Guidelines for writing checks for the official distribution
March 30. 2015
Writing a really good check has many aspects. If you want your check to be part of the official Check_MK distribution, you need to follow the guidelines below:
The check types should be named short and unique. They must consist only of lower case characters, digits and underscores and begin with a lower case character.
Checks where one item of the check represents one thing (e.g. fan, power supply), should be named in singular, e.g. casa_fan, if, oracle_tablespace. Checks where each item checks a quantity, e.g. number of logins, should be named in plural (e.g. user_logins, printer_pages). Note: due to historic misconducts many existing check types are named contrarily to this rule. That does not mean that new checks should be named inconsitent, als well!
Vendor specific checks must be prefixed with a vendor specific unique abbreviation (which you think of). Example: fsc_ for Fujitsu Siemens Computers.
Product specific checks must be prefixed with a product abbreviation, for example steelhead_status for a Steelhead appliance of Riverbed.
SNMP based checks: if the check makes use of a standardized MIB which is or might be implemented by more than one vendor, then the check should not be named after the vendor but after the MIB. An example are the hr_* checks.
All checks must follow the same layout specified below:
Add an author
If the check is contributed by a third party (i.e., not by the developers
of Check_MK), the name and email address of the contributor should be added
as a comment, right after the header.
Avoid long lines. Ideally, your lines shouldn't exceed 100 chars.
Use four spaces to indent your code. Don't use tab chars!
And if you really can't live without tabs, set the tab width to 8 spaces.
For checks which are supposed to be part of the official Check_MK project
the file header with the copyright information must be present. This will be
automatically created if you call 'make headers' in the main source directory
Including example output of the agent is very helpful for understanding how the check parser works.
TCP-Agent based checks must include an output example of the agent. If the agent output can have different formats or output styles, then put an example for each kind of style the check supports (e.g.: the output of multipath -l has changed its layout between SLES 10 and SLES 11).
For SNMP based checks, at least include examples if the kind of output is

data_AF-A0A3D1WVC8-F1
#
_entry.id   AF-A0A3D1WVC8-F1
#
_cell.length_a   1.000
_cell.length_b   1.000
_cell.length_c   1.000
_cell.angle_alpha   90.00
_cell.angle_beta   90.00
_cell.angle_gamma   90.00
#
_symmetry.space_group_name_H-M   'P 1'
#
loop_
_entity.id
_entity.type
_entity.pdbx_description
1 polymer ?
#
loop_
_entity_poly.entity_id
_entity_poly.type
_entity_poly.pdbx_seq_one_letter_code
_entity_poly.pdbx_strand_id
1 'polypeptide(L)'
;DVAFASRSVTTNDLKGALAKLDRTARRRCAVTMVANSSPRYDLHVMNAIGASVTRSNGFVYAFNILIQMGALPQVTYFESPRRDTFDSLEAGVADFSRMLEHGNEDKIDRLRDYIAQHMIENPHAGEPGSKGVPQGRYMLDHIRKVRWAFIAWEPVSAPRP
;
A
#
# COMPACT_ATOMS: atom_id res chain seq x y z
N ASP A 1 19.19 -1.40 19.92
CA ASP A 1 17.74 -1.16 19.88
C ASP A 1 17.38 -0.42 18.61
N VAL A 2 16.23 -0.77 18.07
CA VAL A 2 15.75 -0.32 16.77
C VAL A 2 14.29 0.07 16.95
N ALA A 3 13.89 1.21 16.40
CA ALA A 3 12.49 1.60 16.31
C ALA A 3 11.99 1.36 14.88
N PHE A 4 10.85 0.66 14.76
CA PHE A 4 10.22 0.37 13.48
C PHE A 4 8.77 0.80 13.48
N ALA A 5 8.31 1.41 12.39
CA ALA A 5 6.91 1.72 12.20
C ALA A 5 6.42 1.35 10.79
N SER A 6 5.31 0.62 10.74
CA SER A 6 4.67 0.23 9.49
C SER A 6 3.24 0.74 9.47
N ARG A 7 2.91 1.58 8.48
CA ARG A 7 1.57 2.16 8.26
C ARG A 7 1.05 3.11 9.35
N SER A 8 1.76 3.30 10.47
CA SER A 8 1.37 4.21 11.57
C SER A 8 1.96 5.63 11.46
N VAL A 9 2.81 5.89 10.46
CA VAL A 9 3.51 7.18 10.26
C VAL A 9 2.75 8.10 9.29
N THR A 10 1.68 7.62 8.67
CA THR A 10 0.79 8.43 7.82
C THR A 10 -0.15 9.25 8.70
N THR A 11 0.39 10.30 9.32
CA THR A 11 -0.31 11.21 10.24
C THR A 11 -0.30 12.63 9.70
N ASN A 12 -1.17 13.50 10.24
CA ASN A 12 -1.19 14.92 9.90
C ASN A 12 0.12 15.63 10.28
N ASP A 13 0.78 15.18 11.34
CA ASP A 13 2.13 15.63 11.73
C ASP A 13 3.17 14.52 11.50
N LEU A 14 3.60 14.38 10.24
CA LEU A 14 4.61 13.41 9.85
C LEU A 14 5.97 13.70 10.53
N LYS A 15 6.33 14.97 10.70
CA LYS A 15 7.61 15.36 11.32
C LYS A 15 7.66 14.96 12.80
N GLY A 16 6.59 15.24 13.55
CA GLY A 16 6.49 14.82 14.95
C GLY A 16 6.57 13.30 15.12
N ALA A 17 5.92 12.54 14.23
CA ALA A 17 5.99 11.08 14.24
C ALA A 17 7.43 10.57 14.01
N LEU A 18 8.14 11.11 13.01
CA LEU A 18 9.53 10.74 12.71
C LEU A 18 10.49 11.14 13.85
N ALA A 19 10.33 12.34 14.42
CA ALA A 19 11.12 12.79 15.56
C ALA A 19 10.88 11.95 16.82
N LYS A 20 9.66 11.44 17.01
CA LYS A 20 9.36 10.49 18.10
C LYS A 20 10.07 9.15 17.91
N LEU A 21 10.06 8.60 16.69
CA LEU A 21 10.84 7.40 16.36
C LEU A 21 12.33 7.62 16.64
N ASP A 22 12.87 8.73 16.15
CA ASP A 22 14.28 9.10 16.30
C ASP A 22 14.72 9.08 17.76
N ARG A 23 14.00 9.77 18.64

remarkable in some respect.
When it comes to parse_function, inventory_function and check_function, the usage of lambda functions is only allowed in order to reuse existing functions while providing some additional argument. Example:
"inventory_function" : inventory_foobar_generic(info, "temperature")
It is not allowed to implement the function itself als lambda expression. Example:
# This is bad, ugly and unreadable code!! 'check_function' : lambda _no_item, _no_params, info: \ (0, "Memory used: %s" % get_bytes_human_readable(int(info))),
Configuration variables for main.mk should be named after the check if they are only used by this check. This does not hold for variables, that are used by several checks (e.g. filesystem_default_levels is used by df, hr_fs, df_netapp, ...)
The variable that is used for the check's default parameters and entered in the inventory function must be named CHECKTYP_default_levels (if not used by more than one check, see above). Example: check foo_bar has the configuration variable foo_bar_default_levels.
If a check does not use check parameters, the inventory function must return None as parameter and the check function must name the parameter argument _no_params.
Other details / required practices
Setting default values for configuration variables
Default values for check parameters (e.g. switch_cpu_default_levels) must be chosen in a way that they make sense for everybody, not just for your special case. If case you are unsure, rather choose too loose than too tight levels. This helps avoid false alarms.
If you set default values, add a short comment about how you came to
choose said values. If it is merely a rough estimate, document that it is,
if you got them from a very specific source, document where you got them.
If the same configuration variable is used in multiple checks, it must be
set to a default value in all checks and the values must be identical!
Your check should assume that the agent is always producing valid data. It should not try to handle cases when the agent output is broken. Reason: broken agent output is already handled by Check_MK via Python exceptions. Intercepting these exceptions in your check code makes debugging of broken outputs much more difficult.
Do not handle cases in the agent output for which you have no indication
that they can actually happen.
vs. savefloat() int() will throw an exception if the argument is not a valid number string (or if it is empty). Check_MK will catch the exception and make the check result "UNKNOWN" with an appropriate error message. saveint(), however, will assume 0 if the argument cannot be converted to a valid integer.
Use saveint() in all cases when you know or suspect that your device may supply invalid data, but the check should work with the rest of the data and produce useful results. Disadvantage: you may never find out that the device has supplied invalid data, because the check wont tell you !
Use int() in all other cases, e.g. if you want to be notified
with an exception if the check has received invalid data from your device.
In most cases this is what you want !
Many checks have parameters defining warning and critical levels which are compared to an actual value. Please observe the following important rules and conventions if you are writting such checks.
Warning and critical levels should always be checked with >= and <=. Example: a check monitors the length of a mail queue. The critical upper level is at 100. This means that if the length is exactly 100, the check should already be critical. There might be a few exceptions to this where this wouldn't make sense.
If there are just upper or just lower levels, the imput fields of the WATO ruleset definitions for such levels must be labelled Warning at ______, and Critical at ______.
If there are both upper and lower levels, the labelling should be:
Warning at or above ___, Critical at or above ___,
Warning at or below ___ and Critical at or below ___.